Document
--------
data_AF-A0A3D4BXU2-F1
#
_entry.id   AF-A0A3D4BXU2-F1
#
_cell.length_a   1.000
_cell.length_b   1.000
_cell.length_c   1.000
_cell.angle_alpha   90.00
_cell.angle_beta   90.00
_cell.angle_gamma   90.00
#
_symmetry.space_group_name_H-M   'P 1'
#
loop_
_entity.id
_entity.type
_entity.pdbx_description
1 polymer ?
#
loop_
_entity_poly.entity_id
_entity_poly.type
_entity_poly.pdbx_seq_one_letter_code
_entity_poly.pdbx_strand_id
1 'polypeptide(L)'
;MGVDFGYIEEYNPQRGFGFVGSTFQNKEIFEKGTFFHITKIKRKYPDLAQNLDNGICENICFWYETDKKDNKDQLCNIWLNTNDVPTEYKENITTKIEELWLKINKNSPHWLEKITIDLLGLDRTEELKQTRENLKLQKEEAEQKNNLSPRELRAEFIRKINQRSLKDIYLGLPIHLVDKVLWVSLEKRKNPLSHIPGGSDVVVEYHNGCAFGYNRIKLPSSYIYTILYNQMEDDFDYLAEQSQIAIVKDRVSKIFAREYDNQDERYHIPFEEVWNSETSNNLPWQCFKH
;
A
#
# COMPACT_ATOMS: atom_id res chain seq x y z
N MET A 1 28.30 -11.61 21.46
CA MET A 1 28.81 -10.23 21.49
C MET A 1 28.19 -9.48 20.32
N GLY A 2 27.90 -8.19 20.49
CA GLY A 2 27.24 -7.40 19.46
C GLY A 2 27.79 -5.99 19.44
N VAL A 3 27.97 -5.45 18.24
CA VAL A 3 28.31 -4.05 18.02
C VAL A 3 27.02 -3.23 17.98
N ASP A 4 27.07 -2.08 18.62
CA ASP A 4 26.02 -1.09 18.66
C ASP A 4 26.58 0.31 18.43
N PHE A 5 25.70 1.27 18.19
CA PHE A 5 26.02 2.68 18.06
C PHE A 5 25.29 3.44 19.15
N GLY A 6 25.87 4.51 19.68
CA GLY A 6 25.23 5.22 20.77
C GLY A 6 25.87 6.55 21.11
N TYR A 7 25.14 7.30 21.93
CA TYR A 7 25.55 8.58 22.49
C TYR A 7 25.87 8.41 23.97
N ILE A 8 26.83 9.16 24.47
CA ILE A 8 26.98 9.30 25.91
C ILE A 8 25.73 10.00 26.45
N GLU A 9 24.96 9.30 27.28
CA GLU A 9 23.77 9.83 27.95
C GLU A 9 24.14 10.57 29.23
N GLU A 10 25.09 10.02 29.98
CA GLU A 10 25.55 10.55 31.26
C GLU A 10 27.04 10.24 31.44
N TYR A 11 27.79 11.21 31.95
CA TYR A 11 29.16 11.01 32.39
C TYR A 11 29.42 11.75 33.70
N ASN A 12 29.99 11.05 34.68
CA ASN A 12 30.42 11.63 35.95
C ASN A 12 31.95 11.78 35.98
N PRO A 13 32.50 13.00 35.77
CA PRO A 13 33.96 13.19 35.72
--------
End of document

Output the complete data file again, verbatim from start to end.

data_AF-A0A3D4BXU2-F1
#
_entry.id   AF-A0A3D4BXU2-F1
#
_cell.length_a   1.000
_cell.length_b   1.000
_cell.length_c   1.000
_cell.angle_alpha   90.00
_cell.angle_beta   90.00
_cell.angle_gamma   90.00
#
_symmetry.space_group_name_H-M   'P 1'
#
loop_
_entity.id
_entity.type
_entity.pdbx_description
1 polymer ?
#
loop_
_entity_poly.entity_id
_entity_poly.type
_entity_poly.pdbx_seq_one_letter_code
_entity_poly.pdbx_strand_id
1 'polypeptide(L)'
;MGVDFGYIEEYNPQRGFGFVGSTFQNKEIFEKGTFFHITKIKRKYPDLAQNLDNGICENICFWYETDKKDNKDQLCNIWLNTNDVPTEYKENITTKIEELWLKINKNSPHWLEKITIDLLGLDRTEELKQTRENLKLQKEEAEQKNNLSPRELRAEFIRKINQRSLKDIYLGLPIHLVDKVLWVSLEKRKNPLSHIPGGSDVVVEYHNGCAFGYNRIKLPSSYIYTILYNQMEDDFDYLAEQSQIAIVKDRVSKIFAREYDNQDERYHIPFEEVWNSETSNNLPWQCFKH
;
A
#
# COMPACT_ATOMS: atom_id res chain seq x y z
N MET A 1 28.30 -11.61 21.46
CA MET A 1 28.81 -10.23 21.49
C MET A 1 28.19 -9.48 20.32
N GLY A 2 27.90 -8.19 20.49
CA GLY A 2 27.24 -7.40 19.46
C GLY A 2 27.79 -5.99 19.44
N VAL A 3 27.97 -5.45 18.24
CA VAL A 3 28.31 -4.05 18.02
C VAL A 3 27.02 -3.23 17.98
N ASP A 4 27.07 -2.08 18.62
CA ASP A 4 26.02 -1.09 18.66
C ASP A 4 26.58 0.31 18.43
N PHE A 5 25.70 1.27 18.19
CA PHE A 5 26.02 2.68 18.06
C PHE A 5 25.29 3.44 19.15
N GLY A 6 25.87 4.51 19.68
CA GLY A 6 25.23 5.22 20.77
C GLY A 6 25.87 6.55 21.11
N TYR A 7 25.14 7.30 21.93
CA TYR A 7 25.55 8.58 22.49
C TYR A 7 25.87 8.41 23.97
N ILE A 8 26.83 9.16 24.47
CA ILE A 8 26.98 9.30 25.91
C ILE A 8 25.73 10.00 26.45
N GLU A 9 24.96 9.30 27.28
CA GLU A 9 23.77 9.83 27.95
C GLU A 9 24.14 10.57 29.23
N GLU A 10 25.09 10.02 29.98
CA GLU A 10 25.55 10.55 31.26
C GLU A 10 27.04 10.24 31.44
N TYR A 11 27.79 11.21 31.95
CA TYR A 11 29.16 11.01 32.39
C TYR A 11 29.42 11.75 33.70
N ASN A 12 29.99 11.05 34.68
CA ASN A 12 30.42 11.63 35.95
C ASN A 12 31.95 11.78 35.98
N PRO A 13 32.50 13.00 35.77
CA PRO A 13 33.96 13.19 35.72